Biodiversity Hotspots, Herpetofaunal Systematics, and Conservation Prioritization in the Bahamas

Biodiversity Hotspots, Bahamas

As a part of the Caribbean Islands Biodiversity Hotspot, the Bahama Islands host substantial species richness and endemism. However, like archipelagos elsewhere and largely because of anthropogenic impacts, many of these species and the habitats they require are threatened. Biodiversity hotspots have become prominent in conservation biology, but their delineation, prioritization, and protection can be elusive. To address these issues in The Bahamas, we examined biodiversity hotspots for terrestrial amphibians and reptiles (and, separately, for birds). We found the identified hotspots discordant when based on three indices (species richness, endemism, and threat) and two taxonomic levels (species and subspecies). Moreover, we determined that a number of endemic and threatened species currently lack habitat protection in the form of established National Parks.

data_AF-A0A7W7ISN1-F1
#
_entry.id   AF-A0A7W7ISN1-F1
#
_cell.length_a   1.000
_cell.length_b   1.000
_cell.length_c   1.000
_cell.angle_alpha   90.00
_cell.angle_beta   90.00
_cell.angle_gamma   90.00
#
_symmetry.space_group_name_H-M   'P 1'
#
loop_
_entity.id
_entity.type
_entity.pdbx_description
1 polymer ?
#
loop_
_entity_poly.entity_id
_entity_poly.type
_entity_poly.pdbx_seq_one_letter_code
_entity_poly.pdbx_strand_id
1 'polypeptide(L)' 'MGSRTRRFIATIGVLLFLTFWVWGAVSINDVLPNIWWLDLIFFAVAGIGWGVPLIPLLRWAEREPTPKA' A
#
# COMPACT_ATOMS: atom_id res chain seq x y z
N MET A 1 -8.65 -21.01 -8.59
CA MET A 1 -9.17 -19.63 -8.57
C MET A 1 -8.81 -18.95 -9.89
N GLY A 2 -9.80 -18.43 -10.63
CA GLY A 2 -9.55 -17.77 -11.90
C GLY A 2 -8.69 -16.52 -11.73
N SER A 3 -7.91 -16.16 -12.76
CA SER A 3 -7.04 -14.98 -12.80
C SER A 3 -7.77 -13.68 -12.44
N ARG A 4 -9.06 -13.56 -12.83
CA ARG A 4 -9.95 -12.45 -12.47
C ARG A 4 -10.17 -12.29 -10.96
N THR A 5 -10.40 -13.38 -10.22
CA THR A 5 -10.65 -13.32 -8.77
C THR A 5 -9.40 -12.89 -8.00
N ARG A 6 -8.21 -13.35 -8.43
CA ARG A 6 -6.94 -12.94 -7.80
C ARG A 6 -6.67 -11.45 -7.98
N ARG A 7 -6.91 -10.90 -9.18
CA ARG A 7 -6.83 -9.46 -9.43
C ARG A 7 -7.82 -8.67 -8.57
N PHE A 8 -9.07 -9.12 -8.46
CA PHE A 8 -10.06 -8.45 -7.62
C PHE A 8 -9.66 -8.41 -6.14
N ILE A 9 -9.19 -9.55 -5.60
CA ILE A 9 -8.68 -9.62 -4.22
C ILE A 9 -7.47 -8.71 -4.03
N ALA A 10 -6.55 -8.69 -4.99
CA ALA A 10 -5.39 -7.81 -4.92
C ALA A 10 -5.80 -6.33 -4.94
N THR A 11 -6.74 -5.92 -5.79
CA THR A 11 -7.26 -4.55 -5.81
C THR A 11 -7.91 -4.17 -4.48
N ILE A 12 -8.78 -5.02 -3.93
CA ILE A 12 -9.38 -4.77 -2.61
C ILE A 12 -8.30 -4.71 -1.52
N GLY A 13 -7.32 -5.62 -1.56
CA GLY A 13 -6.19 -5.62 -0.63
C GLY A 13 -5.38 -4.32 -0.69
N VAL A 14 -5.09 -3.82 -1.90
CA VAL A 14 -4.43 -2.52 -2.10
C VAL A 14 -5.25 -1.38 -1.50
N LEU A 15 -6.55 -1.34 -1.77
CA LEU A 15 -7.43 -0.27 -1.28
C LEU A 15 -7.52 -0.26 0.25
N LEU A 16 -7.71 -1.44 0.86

This work identified two urgent needs to better address conservation prioritization in the Bahamas: 1) to evaluate species limits using modern systematics methods and concepts (current taxonomies are based on decades-old assessments); and 2) to assess the current population status of all taxa. These needs are especially important for the 37 species and 87 subspecies of native terrestrial amphibians and reptiles. We suspect that unrecognized species are at risk of extinction because we lack basic information on their proper taxonomic status and endangerment.

Conservation Systematics of Bahama Herpetofauna
Key components: DNA sample collection of various amphibians and reptiles from all major island groups; molecular phylogenetic analysis to redefine species limits
Project duration: 10 years
Estimated cost: $100,000 (excluding salaries)

Population and Conservation Status of Bahama Herpetofauna
Key components: population surveys of all amphibian and reptile taxa on all major island groups, including assessment of potential conservation threats (e.g., invasive predators)
Project duration: 5 years
Estimated cost: $100,000 (excluding salaries)